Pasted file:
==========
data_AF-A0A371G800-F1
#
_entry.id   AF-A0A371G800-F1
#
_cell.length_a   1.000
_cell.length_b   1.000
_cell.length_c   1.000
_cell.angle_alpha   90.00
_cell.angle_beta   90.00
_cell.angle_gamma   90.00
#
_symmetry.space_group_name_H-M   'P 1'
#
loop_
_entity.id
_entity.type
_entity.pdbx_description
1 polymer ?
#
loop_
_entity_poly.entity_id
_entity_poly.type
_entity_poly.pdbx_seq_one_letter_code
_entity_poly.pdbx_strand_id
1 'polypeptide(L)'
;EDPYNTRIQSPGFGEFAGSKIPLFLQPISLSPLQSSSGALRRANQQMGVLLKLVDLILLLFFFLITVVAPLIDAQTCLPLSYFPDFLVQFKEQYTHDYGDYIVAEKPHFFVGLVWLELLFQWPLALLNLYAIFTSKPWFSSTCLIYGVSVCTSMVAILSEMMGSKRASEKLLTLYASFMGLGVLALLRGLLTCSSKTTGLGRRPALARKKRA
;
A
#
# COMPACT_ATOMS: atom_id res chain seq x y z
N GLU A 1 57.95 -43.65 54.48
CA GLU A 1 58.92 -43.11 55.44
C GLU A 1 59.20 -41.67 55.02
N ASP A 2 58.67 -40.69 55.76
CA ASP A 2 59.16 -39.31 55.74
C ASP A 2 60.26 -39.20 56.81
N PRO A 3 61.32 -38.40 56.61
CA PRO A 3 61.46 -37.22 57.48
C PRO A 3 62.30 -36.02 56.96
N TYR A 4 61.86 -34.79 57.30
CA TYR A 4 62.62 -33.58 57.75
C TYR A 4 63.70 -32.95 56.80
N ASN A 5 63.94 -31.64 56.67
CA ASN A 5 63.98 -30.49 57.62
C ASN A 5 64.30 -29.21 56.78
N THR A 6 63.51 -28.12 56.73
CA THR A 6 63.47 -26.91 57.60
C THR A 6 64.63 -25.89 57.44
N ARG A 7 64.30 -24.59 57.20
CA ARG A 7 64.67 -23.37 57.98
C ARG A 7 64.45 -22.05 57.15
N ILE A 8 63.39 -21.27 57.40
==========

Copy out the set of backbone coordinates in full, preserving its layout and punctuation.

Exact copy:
data_AF-A0A371G800-F1
#
_entry.id   AF-A0A371G800-F1
#
_cell.length_a   1.000
_cell.length_b   1.000
_cell.length_c   1.000
_cell.angle_alpha   90.00
_cell.angle_beta   90.00
_cell.angle_gamma   90.00
#
_symmetry.space_group_name_H-M   'P 1'
#
loop_
_entity.id
_entity.type
_entity.pdbx_description
1 polymer ?
#
loop_
_entity_poly.entity_id
_entity_poly.type
_entity_poly.pdbx_seq_one_letter_code
_entity_poly.pdbx_strand_id
1 'polypeptide(L)'
;EDPYNTRIQSPGFGEFAGSKIPLFLQPISLSPLQSSSGALRRANQQMGVLLKLVDLILLLFFFLITVVAPLIDAQTCLPLSYFPDFLVQFKEQYTHDYGDYIVAEKPHFFVGLVWLELLFQWPLALLNLYAIFTSKPWFSSTCLIYGVSVCTSMVAILSEMMGSKRASEKLLTLYASFMGLGVLALLRGLLTCSSKTTGLGRRPALARKKRA
;
A
#
# COMPACT_ATOMS: atom_id res chain seq x y z
N GLU A 1 57.95 -43.65 54.48
CA GLU A 1 58.92 -43.11 55.44
C GLU A 1 59.20 -41.67 55.02
N ASP A 2 58.67 -40.69 55.76
CA ASP A 2 59.16 -39.31 55.74
C ASP A 2 60.26 -39.20 56.81
N PRO A 3 61.32 -38.40 56.61
CA PRO A 3 61.46 -37.22 57.48
C PRO A 3 62.30 -36.02 56.96
N TYR A 4 61.86 -34.79 57.30
CA TYR A 4 62.62 -33.58 57.75
C TYR A 4 63.70 -32.95 56.80
N ASN A 5 63.94 -31.64 56.67
CA ASN A 5 63.98 -30.49 57.62
C ASN A 5 64.30 -29.21 56.78
N THR A 6 63.51 -28.12 56.73
CA THR A 6 63.47 -26.91 57.60
C THR A 6 64.63 -25.89 57.44
N ARG A 7 64.30 -24.59 57.20
CA ARG A 7 64.67 -23.37 57.98
C ARG A 7 64.45 -22.05 57.15
N ILE A 8 63.39 -21.27 57.40